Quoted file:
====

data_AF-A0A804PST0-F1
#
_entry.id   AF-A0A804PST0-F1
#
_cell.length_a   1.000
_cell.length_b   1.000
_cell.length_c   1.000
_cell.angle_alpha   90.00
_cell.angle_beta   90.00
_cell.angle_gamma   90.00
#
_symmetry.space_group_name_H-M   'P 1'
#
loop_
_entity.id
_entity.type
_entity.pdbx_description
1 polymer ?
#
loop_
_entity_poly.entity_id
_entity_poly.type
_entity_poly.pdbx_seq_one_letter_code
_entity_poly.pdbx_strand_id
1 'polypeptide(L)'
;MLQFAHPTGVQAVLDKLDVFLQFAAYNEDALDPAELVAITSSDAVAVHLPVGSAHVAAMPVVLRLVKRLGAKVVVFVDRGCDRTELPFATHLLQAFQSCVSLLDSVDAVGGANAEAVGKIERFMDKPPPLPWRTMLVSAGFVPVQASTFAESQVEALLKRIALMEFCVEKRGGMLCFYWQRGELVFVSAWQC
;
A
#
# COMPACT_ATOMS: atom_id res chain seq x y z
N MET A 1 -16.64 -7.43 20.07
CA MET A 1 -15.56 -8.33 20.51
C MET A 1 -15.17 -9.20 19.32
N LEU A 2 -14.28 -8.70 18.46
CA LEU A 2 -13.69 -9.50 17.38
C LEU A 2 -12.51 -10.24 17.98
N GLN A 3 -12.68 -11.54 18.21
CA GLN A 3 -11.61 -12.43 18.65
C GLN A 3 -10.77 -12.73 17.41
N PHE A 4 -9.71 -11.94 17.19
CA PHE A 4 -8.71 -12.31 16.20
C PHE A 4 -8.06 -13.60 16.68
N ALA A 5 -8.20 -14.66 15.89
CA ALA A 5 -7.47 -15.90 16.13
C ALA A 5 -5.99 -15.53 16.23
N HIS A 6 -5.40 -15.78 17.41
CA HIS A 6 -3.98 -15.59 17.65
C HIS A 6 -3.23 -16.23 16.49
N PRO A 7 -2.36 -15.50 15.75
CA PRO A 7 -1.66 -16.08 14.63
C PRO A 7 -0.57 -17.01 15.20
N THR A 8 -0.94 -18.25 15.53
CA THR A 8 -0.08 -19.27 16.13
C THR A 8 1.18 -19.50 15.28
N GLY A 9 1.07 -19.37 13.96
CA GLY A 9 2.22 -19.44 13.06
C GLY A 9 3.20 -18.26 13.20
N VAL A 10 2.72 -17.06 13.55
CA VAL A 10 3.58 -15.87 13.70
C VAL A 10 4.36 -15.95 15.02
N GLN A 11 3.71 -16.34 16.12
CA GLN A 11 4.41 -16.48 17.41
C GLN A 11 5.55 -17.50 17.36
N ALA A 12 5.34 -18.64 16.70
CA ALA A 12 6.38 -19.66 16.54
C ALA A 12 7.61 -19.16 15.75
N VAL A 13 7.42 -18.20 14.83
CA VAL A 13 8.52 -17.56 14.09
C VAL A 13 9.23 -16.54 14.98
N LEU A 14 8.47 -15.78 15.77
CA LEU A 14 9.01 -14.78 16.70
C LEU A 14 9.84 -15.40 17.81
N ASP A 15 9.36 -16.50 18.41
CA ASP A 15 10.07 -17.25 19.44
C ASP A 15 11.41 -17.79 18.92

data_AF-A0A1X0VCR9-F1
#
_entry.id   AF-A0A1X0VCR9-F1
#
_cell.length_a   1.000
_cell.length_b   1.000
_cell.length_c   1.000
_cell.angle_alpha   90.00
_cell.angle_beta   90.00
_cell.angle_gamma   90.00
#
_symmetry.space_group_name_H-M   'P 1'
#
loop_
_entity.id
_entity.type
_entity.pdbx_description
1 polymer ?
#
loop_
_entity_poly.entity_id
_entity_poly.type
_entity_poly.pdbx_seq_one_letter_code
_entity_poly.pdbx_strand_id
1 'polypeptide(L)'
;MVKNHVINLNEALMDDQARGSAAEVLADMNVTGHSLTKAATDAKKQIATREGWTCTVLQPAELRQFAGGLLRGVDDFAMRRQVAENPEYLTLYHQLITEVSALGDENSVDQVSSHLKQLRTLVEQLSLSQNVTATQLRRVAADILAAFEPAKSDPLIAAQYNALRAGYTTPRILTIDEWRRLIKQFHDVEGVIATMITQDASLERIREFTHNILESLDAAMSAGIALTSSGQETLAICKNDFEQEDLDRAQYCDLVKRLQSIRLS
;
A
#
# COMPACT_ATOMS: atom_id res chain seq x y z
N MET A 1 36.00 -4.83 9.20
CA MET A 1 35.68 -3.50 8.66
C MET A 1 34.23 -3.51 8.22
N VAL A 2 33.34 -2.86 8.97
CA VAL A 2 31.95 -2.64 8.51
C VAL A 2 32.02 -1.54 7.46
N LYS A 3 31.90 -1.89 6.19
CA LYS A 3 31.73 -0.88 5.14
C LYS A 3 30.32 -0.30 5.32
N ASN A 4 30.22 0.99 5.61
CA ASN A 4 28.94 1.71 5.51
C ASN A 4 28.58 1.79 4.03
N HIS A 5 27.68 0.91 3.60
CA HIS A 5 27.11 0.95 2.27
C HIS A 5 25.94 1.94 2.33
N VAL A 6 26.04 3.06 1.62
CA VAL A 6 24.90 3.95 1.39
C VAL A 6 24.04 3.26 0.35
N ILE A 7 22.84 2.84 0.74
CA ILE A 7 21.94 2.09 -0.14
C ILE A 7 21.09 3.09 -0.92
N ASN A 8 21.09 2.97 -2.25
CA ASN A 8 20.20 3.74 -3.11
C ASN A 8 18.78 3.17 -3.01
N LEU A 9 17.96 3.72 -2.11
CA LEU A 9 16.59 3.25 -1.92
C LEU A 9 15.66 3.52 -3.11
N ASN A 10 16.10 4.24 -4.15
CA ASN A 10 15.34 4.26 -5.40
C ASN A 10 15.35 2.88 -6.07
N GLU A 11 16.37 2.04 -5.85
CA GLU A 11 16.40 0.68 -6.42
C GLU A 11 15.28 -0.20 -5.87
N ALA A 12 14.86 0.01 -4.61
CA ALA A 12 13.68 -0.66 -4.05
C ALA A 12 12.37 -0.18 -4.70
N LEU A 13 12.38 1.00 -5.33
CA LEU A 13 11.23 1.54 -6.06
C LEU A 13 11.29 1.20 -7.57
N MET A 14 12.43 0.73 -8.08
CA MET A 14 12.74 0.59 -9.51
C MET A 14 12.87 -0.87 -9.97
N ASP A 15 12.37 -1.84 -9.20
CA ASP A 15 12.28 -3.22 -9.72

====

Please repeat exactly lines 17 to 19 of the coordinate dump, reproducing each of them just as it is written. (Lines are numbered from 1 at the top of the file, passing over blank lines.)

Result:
_entity.pdbx_description
1 polymer ?
#